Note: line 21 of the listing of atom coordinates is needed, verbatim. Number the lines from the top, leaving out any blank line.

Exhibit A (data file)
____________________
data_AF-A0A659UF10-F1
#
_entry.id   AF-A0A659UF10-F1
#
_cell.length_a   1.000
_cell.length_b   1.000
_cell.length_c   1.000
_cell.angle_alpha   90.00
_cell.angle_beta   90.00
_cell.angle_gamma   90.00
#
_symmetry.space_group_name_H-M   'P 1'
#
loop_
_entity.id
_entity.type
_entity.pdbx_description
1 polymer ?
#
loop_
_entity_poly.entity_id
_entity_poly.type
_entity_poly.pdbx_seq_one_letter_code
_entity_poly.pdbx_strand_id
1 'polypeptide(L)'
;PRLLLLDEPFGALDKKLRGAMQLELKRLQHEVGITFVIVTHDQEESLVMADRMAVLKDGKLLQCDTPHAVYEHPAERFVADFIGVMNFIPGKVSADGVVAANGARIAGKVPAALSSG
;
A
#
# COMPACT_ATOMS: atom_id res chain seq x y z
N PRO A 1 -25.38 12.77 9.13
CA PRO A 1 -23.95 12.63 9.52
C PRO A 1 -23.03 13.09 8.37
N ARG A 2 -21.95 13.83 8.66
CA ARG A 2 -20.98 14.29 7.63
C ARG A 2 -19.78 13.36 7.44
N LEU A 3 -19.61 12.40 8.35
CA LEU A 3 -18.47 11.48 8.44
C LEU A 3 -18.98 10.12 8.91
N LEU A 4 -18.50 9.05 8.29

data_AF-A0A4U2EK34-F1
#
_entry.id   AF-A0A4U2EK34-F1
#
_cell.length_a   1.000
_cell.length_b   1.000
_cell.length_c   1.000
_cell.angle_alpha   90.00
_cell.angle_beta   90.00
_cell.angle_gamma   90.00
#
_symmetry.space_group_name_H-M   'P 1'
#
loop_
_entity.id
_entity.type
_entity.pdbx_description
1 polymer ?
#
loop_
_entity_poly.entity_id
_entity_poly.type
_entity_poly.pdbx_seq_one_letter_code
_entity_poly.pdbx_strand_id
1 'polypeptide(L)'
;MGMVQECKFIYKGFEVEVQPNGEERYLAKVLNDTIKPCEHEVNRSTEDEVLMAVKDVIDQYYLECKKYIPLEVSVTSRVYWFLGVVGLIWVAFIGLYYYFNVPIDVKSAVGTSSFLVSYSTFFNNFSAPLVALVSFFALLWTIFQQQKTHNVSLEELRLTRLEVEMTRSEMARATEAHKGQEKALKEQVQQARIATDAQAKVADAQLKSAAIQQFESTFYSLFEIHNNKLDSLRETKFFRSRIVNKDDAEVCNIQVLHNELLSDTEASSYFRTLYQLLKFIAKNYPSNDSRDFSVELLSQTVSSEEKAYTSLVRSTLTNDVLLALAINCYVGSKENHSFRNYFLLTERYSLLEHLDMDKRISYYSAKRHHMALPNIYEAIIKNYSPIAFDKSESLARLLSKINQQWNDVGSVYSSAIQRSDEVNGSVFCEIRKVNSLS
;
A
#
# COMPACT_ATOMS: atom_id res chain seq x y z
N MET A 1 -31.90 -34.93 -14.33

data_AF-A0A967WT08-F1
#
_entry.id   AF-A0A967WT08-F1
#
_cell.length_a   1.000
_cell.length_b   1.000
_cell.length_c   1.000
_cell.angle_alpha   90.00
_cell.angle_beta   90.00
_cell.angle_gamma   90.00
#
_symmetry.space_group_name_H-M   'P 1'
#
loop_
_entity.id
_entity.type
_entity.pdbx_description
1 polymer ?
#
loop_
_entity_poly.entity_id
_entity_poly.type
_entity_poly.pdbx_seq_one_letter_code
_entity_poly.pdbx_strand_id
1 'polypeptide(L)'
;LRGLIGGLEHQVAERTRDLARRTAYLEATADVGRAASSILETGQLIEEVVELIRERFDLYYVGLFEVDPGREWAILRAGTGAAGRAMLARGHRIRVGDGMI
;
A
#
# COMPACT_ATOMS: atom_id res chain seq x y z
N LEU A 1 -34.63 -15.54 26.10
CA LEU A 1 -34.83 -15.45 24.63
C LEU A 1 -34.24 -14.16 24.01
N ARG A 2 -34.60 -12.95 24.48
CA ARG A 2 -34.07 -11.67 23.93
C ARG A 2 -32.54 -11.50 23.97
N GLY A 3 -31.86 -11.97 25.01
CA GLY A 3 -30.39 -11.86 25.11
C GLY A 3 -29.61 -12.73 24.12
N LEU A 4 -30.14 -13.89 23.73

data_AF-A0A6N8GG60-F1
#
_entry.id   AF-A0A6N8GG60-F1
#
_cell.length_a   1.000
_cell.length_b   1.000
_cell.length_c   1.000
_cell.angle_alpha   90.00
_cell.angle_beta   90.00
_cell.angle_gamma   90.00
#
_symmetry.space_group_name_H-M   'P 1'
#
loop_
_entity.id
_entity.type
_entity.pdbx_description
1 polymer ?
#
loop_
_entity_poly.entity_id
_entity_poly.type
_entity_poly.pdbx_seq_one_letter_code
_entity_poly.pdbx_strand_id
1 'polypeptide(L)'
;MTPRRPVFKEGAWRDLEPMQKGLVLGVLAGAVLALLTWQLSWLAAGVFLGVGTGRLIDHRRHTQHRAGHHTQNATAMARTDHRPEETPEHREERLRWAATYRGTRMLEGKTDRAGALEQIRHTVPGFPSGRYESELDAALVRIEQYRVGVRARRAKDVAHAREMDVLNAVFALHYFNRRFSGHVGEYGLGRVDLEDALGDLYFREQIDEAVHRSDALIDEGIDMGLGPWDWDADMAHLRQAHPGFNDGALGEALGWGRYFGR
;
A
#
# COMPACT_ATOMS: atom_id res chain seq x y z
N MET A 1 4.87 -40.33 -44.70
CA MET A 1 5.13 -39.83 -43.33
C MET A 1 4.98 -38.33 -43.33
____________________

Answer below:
_entity_poly.entity_id